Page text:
Data Colada recently posted a comment (written by Uri Simonsohn) on a supposed ‘bias’ lurking a common default Bayesian alternative to the t-test. Point #1 was that the Bayesian T-test is ‘biased’ against low power results. Several smart people have made sophisticated and pretty sensible critiques of Simonsohn’s arguments, which I won’t rehash here. Instead, I want to point out the obvious problem: the claim of ‘bias’ is based on choosing the sample size in a way that is, well, biased.
Here’s the central graph under contention.
Now, there are several things to notice. First, not only does the probability that the results support the null increase as the effect size goes down, the probability of the results supporting the alternative go down as well. This is barely noticeable in this graph, but that’s just a function of the particular power level the author chose. With a power of 0.85 (which is a better estimate of what a person ought to be doing in their experiment anyway), the size of these changes is reversed; the probability of supporting the alternative decreases 5 points from .73 to .68, while the increase in the probability of supporting the null increases just 4 points, from .005 to .042. I got these numbers using Simonsohn’s publicly available R code). So it seems that only really low power tests are ‘biased’ against small effect sizes?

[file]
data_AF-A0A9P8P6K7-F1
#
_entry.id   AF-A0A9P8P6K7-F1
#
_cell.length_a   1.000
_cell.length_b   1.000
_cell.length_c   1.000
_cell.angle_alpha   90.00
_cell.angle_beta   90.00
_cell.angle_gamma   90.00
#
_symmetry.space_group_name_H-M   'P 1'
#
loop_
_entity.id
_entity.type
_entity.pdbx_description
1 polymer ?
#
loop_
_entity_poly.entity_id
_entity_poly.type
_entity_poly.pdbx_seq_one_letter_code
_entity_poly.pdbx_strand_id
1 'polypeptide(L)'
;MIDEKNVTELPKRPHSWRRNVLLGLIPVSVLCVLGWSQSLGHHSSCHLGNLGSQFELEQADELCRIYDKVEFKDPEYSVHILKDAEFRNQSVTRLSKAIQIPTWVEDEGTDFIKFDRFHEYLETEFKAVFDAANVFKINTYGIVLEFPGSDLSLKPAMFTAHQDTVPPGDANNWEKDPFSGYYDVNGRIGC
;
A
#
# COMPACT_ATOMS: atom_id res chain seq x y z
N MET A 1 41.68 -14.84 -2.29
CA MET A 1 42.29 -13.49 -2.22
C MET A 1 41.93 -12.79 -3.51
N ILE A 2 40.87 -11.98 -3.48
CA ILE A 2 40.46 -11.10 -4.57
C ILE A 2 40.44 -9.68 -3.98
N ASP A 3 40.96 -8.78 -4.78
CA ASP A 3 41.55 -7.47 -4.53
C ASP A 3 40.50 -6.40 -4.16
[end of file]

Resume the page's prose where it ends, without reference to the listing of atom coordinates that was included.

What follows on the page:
But this brings up the deeper question: why make this comparison at all? In particular, why use the notion of ‘power’ to set your sample size? ‘Power’ is supposed to control for type II errors in a t test. Why should it have any particular privileged status in setting the size of an experiment? The answer is that it shouldn’t. These two concepts have been juxtaposed here without any clear justification. One could just as easily choose sample sizes to keep a constant probability that the default test favors the null. Then one would find that the t-test is ‘biased’ against large effect sizes, in that the power would be higher for small effects.
I might be missing something, but I don’t see what. You have different ways of using models to estimate the parameters for an experiment to control the probabilities of certain kinds of errors. Parameters that control for one type of error won’t necessarily control for another, but it’s rather extreme to call this a ‘bias’.